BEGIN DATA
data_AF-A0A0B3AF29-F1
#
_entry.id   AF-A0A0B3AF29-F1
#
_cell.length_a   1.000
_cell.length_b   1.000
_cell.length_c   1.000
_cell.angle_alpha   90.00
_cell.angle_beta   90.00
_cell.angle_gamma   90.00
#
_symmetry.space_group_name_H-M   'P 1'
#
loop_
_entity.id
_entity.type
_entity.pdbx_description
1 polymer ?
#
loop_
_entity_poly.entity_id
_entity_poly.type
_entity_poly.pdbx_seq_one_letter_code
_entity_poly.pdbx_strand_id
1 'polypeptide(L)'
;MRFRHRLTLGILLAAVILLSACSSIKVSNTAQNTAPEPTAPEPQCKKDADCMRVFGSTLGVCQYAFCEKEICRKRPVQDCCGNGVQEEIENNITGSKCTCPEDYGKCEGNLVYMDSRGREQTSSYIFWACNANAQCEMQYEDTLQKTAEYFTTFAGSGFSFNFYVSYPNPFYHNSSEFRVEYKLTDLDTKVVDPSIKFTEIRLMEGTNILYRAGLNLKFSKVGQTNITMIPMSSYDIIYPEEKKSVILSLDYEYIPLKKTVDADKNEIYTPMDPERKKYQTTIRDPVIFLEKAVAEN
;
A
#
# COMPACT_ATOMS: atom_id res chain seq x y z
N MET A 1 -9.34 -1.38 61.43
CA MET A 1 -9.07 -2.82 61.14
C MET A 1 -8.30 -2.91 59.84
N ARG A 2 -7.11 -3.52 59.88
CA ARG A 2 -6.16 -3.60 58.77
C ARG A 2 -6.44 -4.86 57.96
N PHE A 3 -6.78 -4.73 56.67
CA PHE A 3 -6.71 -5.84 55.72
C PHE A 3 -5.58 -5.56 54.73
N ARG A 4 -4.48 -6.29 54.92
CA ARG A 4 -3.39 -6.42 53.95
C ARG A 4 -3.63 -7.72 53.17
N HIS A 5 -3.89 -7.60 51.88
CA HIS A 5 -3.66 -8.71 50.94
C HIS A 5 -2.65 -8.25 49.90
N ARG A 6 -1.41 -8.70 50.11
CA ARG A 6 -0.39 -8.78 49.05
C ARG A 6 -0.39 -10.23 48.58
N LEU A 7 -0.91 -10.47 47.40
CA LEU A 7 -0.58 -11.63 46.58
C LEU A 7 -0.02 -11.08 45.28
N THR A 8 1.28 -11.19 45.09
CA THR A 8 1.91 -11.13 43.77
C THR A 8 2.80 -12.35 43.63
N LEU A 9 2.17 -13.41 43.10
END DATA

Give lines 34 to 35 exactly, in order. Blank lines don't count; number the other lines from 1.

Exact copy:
N ARG A 2 -7.11 -3.52 59.88
CA ARG A 2 -6.16 -3.60 58.77